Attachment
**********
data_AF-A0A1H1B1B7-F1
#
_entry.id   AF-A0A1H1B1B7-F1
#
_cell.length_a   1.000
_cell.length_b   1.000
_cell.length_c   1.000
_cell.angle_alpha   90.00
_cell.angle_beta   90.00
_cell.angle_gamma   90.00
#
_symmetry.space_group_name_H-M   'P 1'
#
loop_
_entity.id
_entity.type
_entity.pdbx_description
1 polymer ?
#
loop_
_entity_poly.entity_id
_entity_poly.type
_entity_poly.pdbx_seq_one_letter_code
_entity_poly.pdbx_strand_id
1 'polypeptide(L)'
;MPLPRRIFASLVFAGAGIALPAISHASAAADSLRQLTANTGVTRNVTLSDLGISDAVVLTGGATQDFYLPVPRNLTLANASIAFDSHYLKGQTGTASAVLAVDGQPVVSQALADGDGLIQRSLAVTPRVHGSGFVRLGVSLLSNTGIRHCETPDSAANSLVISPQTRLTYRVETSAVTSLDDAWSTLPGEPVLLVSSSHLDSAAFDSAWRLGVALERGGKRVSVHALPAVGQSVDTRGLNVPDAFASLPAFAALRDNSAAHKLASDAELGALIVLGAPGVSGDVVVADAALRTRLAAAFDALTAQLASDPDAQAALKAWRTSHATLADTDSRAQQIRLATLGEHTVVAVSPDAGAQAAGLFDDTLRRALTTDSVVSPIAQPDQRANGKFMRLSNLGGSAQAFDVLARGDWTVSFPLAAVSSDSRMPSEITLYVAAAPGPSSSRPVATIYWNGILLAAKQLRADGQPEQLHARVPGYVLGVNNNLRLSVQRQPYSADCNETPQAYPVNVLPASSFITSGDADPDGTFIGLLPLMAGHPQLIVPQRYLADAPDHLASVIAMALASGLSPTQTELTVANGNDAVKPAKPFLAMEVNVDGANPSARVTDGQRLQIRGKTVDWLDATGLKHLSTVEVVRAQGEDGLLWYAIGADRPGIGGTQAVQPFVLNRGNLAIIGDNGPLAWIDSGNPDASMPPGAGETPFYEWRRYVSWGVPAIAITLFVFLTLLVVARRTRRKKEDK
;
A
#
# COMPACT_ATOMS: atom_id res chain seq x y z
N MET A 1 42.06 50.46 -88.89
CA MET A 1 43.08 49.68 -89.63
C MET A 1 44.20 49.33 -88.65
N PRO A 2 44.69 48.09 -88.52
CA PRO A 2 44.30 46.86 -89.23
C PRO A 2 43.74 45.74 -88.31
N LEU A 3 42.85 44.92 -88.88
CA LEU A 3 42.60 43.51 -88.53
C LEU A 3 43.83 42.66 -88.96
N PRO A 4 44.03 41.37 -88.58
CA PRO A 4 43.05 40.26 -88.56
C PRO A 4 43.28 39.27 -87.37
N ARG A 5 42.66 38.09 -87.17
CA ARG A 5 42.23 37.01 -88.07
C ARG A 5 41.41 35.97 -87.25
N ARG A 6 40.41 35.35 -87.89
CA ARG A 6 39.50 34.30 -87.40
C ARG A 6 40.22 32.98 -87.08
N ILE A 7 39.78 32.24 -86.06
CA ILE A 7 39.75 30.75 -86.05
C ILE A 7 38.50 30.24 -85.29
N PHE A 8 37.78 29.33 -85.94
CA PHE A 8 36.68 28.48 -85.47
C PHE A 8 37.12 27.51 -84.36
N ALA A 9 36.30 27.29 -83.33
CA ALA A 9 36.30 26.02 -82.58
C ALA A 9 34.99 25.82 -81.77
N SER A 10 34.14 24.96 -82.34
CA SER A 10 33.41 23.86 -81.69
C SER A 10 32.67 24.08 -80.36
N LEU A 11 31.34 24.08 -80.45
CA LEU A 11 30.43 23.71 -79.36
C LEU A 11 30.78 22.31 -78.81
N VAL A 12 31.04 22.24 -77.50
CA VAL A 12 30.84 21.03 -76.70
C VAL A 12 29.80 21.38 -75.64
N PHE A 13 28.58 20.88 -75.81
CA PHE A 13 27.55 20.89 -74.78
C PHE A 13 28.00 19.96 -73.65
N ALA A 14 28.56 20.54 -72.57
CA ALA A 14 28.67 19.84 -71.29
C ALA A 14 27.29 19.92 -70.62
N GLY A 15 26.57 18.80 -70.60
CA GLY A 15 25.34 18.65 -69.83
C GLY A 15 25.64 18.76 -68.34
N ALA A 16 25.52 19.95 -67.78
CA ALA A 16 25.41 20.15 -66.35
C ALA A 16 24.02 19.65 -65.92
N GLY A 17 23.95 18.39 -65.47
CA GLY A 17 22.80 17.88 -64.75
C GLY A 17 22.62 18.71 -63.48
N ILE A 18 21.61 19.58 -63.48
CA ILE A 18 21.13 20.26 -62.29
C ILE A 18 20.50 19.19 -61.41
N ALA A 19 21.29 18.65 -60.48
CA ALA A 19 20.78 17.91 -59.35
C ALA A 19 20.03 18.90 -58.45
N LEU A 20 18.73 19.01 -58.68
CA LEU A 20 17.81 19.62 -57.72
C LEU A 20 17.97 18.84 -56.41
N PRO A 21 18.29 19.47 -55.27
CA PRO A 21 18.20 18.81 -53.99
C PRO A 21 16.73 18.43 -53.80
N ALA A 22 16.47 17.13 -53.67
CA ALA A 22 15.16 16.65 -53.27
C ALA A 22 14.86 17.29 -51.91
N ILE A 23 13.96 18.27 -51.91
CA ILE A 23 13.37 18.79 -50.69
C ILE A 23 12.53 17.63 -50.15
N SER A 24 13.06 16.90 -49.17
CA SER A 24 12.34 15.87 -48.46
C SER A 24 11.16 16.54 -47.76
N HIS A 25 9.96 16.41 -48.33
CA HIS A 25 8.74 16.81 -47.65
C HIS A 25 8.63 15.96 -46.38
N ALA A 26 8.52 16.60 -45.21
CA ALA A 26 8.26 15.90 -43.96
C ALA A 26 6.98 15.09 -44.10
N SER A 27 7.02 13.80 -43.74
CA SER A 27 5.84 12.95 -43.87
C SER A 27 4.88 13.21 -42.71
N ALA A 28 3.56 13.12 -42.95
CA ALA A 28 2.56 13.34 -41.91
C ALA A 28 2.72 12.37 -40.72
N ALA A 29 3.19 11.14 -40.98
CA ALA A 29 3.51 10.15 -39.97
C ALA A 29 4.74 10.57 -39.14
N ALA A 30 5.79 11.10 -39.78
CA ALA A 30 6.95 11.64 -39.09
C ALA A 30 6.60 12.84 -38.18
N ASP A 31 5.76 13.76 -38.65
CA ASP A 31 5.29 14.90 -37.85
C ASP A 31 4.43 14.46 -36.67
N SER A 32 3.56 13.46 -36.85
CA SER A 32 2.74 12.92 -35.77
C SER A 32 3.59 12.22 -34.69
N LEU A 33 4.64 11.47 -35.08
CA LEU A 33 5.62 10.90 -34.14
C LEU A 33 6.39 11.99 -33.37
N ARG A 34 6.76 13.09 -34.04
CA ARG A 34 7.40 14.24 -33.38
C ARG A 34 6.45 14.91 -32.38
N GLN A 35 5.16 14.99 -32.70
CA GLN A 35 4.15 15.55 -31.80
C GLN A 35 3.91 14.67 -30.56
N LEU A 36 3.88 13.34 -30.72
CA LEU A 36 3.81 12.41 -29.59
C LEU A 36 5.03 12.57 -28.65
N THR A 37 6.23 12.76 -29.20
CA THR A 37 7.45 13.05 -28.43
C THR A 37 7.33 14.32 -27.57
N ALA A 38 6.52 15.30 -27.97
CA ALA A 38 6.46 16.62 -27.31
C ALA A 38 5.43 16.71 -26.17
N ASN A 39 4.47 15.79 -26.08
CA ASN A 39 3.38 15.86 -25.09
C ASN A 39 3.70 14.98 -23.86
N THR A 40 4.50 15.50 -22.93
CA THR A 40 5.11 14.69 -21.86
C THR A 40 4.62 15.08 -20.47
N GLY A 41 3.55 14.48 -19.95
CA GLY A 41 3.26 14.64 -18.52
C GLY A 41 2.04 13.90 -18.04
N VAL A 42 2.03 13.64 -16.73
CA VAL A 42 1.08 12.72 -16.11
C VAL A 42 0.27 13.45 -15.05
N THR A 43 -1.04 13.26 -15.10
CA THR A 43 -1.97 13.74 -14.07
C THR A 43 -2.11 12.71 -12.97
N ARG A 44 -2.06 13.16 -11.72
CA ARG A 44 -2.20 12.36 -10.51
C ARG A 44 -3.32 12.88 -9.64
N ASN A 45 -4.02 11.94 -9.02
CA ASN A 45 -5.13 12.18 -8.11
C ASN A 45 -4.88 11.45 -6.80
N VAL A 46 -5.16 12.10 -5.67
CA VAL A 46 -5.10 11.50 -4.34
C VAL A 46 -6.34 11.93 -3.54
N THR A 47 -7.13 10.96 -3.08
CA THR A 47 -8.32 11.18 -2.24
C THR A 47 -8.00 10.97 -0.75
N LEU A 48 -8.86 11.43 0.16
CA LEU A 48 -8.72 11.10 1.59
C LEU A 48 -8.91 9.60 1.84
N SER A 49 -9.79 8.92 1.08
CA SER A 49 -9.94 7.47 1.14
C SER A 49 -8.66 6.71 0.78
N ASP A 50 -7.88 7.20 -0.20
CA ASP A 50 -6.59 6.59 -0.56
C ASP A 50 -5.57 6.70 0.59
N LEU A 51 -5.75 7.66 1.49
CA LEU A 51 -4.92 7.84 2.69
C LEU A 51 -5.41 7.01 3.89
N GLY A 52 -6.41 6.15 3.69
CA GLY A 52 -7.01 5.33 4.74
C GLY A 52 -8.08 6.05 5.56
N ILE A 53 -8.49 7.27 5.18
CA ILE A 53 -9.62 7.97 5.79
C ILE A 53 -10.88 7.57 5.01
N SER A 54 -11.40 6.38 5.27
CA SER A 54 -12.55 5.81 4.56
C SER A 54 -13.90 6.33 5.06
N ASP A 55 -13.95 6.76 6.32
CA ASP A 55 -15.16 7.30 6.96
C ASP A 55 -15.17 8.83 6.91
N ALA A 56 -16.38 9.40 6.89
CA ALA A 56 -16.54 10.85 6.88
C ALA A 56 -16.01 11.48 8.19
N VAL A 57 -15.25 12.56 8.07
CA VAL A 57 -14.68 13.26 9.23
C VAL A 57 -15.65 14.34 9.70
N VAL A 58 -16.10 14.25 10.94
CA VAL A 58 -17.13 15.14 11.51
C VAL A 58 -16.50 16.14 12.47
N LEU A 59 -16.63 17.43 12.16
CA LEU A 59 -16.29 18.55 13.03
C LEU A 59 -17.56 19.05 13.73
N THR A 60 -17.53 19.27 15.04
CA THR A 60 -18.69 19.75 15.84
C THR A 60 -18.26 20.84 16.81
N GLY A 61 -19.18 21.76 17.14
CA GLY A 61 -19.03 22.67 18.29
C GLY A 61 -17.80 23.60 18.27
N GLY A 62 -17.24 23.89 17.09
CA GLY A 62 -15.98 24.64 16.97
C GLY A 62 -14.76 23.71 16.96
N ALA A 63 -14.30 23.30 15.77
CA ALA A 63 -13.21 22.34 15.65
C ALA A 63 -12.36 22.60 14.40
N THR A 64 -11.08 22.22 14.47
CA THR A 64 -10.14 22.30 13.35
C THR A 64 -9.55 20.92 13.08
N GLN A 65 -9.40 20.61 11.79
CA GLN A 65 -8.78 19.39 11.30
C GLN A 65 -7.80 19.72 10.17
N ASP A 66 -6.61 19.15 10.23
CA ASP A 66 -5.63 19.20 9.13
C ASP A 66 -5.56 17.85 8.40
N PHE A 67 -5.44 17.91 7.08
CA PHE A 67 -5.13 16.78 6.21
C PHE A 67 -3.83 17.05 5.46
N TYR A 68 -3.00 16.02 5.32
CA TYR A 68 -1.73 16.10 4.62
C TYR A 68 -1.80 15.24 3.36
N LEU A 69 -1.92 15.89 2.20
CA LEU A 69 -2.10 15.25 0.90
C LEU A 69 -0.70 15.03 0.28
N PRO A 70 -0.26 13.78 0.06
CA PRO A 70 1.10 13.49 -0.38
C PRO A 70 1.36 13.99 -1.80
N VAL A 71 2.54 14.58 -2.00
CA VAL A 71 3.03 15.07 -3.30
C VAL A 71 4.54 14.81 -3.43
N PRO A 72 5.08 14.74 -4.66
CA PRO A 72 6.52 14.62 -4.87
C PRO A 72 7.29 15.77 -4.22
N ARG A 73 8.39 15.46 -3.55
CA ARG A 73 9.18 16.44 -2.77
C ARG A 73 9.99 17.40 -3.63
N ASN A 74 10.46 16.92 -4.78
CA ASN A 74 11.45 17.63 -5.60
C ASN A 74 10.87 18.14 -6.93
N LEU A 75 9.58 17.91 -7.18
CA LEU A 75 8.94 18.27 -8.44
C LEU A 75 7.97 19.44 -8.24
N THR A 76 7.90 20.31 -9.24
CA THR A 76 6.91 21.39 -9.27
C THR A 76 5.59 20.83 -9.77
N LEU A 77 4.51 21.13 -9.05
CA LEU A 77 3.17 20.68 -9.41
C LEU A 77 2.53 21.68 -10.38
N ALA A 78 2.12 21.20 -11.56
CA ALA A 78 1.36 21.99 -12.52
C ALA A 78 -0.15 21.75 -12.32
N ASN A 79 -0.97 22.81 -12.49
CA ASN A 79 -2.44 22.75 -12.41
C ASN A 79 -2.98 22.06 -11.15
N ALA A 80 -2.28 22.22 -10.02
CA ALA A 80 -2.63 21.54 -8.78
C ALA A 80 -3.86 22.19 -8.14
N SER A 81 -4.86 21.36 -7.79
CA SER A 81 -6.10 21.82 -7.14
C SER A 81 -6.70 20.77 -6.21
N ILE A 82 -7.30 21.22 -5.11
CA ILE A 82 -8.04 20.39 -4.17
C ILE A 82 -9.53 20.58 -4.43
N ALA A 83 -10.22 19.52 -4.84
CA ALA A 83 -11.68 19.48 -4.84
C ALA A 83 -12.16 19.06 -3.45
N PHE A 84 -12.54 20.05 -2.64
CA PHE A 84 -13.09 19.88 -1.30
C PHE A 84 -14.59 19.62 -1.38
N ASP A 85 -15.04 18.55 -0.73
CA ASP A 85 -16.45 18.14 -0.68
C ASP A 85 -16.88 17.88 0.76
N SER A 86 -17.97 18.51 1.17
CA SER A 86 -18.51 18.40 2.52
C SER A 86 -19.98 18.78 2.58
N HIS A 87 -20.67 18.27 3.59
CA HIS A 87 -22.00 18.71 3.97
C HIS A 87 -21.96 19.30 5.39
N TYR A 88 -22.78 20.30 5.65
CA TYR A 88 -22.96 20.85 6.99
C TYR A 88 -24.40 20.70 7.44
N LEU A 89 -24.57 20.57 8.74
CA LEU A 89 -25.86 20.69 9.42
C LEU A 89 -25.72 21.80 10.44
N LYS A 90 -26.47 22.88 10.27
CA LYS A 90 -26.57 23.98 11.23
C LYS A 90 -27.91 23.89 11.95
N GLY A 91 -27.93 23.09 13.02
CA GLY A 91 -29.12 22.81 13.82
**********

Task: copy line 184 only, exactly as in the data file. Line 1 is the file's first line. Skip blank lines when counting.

N GLY A 52 -6.41 6.15 3.69